Jazz / Words

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Jazz has its slang, and its own corpus of formal and informal concepts, sub-genres and styles denominations, etc... This page is a modest attempt at listing these jazzy terms and stuff, givin' some (subjective) explanations about them, and of course link to MusicBrainz artists entries, releases and tracks.



... is a country which happened to give birth to both baseball and jazz music.

While baseball is possibly best forgotten, jazz had a deep influence on all music genres all over the world.

Jazz history is intimately mixed with America's history. Its struggles, its mafias, its racial tensions, World War II, its complicated relations with the ol' Europe...

Some editors even think America will be remembered only for Jazz as the only decent thing it produced (but such an opinion is highly controversial of course).

America of course has a lot of jazzy mythical places that some species of completists relentlessly seek, though that doesn't make these places enjoyable for anybody sane, neither it does redeem America for inventing baseball in the first place.


People who really want to learn something about The United States of America should better read the WikiPedia article


Atonal music does not use the hierarchy of tonal centers as its core organization.

While there are quite old examples of atonal compositions, Arnold Schoenberg was probably the first musician to use it extensively.

There are a few examples of jazz atonal music (by freejazz artists), though there is some controversy whether this is still jazz (even avant-guarde jazz), and/or if it is (and what exactly is) atonal music.

WikiPedia has a decent article about it, although they don't mention jazz.


While WikiPedia is absolutely clueless about what avant-guarde jazz is, the difference with Free jazz is clear as crystal water: Avant-guarde jazz is to Free jazz what a Beaujolais Nouveau is to a Chateau Lafitte 1992 - with the former you will get drunk and almost certainly inherit an horrible headache (although you'll think you just heard the very latest shit), while the later will give you that comfortable feeling of being utterly anarchist (and possibly utterly drunk) while you will indeed hear something that has a pretty good chance to enter history and will almost certainly (someday) switch from revolutionary stuff to academic stuff (once, and only once, the men who brewed it will be dead of course).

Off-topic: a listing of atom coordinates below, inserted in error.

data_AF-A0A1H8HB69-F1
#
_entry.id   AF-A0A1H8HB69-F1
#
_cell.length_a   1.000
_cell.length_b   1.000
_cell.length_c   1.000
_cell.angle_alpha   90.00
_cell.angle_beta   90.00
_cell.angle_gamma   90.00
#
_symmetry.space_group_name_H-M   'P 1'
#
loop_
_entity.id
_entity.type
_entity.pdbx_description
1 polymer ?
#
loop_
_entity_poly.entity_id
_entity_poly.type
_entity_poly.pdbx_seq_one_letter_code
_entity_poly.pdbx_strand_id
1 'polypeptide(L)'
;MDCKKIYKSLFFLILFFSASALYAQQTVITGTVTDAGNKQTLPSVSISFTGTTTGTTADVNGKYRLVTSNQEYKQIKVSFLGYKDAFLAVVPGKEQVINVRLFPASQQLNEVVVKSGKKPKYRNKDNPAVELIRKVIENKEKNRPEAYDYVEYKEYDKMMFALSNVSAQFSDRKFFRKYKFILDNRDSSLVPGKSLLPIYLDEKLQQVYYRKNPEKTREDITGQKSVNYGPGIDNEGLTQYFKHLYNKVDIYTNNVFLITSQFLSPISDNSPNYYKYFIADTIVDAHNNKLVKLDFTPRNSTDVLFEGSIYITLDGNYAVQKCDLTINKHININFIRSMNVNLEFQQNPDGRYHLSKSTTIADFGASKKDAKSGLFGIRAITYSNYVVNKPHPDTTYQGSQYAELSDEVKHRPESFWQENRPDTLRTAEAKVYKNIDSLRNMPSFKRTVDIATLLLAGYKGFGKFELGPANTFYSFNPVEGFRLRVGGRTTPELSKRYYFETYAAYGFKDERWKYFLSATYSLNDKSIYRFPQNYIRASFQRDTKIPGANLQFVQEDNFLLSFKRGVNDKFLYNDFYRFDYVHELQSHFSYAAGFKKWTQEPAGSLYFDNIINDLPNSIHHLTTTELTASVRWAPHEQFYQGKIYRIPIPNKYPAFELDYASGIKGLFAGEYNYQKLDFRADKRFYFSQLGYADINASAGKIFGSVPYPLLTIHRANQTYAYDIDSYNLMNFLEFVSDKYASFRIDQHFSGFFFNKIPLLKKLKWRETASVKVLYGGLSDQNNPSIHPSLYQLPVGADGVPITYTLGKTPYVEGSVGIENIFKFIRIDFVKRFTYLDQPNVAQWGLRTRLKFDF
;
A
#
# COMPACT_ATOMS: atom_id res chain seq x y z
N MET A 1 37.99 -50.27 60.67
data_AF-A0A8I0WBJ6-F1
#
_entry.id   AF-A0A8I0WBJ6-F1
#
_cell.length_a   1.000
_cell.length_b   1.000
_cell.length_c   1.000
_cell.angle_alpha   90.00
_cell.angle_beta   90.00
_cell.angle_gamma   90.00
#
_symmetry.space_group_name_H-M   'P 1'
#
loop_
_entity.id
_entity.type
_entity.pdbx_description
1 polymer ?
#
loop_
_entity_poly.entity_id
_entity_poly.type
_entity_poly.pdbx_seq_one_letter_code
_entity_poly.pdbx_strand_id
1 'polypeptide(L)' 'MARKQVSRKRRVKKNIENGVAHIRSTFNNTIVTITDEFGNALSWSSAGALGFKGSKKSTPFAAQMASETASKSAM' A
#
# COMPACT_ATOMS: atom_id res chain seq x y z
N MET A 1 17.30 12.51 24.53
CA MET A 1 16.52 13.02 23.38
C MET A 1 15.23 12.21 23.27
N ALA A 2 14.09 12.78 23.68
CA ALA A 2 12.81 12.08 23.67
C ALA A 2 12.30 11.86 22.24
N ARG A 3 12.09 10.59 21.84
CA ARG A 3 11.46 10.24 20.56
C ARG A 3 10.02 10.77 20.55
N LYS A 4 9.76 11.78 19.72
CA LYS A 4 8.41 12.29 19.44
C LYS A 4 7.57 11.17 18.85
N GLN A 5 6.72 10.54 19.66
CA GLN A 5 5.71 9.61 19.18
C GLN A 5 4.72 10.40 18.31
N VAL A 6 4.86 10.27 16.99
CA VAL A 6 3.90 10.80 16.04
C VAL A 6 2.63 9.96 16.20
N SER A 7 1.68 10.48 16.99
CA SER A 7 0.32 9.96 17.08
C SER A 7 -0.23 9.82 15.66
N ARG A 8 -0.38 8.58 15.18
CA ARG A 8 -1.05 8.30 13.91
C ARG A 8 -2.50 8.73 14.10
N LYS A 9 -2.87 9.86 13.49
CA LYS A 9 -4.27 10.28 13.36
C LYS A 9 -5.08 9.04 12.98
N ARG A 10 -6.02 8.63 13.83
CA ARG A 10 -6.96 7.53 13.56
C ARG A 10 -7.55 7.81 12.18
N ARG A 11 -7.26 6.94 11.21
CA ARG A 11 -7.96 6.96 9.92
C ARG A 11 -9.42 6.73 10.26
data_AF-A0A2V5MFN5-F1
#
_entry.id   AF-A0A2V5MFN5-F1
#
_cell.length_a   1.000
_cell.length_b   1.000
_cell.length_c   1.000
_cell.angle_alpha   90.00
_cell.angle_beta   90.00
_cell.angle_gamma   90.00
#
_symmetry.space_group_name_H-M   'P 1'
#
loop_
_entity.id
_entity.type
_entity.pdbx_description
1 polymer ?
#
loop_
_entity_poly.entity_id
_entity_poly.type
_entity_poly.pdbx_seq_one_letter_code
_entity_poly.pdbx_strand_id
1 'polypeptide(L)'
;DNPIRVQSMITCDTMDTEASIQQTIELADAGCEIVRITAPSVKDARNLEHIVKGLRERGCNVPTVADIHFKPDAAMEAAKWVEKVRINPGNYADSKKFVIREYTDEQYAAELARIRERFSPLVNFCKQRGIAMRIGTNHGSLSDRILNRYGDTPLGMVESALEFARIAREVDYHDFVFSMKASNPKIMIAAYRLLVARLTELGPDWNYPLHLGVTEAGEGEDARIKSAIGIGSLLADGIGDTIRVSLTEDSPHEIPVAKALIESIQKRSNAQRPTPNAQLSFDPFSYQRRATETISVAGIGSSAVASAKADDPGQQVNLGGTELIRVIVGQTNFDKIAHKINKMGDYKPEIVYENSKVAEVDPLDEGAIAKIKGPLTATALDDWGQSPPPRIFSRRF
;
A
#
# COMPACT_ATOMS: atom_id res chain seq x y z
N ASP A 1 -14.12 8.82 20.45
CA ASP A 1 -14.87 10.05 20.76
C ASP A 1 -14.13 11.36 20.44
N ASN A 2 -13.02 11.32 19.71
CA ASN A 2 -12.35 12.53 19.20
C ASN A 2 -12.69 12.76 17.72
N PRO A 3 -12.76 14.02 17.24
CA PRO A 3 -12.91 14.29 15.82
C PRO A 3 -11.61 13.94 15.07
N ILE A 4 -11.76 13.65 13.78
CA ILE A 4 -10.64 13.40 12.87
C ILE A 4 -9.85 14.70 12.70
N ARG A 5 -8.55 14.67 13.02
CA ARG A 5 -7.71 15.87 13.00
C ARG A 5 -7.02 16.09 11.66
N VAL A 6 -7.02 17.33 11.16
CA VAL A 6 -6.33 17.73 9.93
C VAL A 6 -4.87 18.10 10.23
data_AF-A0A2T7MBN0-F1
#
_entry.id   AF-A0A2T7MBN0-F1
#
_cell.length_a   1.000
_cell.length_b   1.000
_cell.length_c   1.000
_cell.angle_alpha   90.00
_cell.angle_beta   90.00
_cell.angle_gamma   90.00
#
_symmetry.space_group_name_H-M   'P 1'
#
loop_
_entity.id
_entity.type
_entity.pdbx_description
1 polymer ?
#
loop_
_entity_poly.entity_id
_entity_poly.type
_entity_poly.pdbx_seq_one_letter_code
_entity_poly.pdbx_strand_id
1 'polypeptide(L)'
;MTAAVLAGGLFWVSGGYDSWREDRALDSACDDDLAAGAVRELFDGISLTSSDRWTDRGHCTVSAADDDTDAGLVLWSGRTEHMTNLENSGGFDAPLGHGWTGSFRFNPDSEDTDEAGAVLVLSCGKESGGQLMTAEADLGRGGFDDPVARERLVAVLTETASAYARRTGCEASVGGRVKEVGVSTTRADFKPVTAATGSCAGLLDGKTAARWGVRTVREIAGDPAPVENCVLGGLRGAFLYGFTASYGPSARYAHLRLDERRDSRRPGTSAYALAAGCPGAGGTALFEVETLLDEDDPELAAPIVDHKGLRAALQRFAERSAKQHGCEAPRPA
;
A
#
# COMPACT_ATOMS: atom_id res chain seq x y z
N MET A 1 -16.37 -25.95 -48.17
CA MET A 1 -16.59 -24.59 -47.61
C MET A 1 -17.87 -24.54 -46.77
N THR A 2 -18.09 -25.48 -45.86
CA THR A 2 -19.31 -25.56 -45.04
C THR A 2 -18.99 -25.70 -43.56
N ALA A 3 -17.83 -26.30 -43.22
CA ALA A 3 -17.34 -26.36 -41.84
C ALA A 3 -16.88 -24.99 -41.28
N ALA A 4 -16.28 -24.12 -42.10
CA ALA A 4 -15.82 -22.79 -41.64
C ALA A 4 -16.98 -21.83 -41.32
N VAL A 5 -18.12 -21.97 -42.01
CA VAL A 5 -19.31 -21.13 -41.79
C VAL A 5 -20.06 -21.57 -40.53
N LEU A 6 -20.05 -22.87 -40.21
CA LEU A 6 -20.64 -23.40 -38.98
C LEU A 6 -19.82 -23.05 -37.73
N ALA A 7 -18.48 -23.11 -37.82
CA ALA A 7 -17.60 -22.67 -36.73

Now, to be sure to completely understand the difference, you should better go listen to The Avant-Guarde (Don Cherry & John Coltrane) which of course is way more free jazz than avant-guarde jazz, or to Free Jazz (Ornette Coleman Double Quartet), which of course is way more avant-guarde jazz than free jazz.


Bebop or bop came to light during the early 40s. Its main characteristics (when opposed to, say, Dixieland) included a faster tempo and an emphasis on variations based on melodic structure.

Chords changes are an important technical point of bop (to some extent, contrafaction and up-tempo allowed labels to avoid paying copyright fees for tunes). It's also a fact bebop introduced more technicality in jazz.

Possibly the most emblematic bop genius is Charlie Parker, probably the most influential saxophonist ever.

Bebop was to give birth in the 50s to hardbop and modal jazz.

Bebop (also spelled rebop) possibly originates from the "onomatopoetic imitation of a characteristic quick two-note phrase that was played together by the lead instruments to introduce a solo or end a song" (WikiPedia).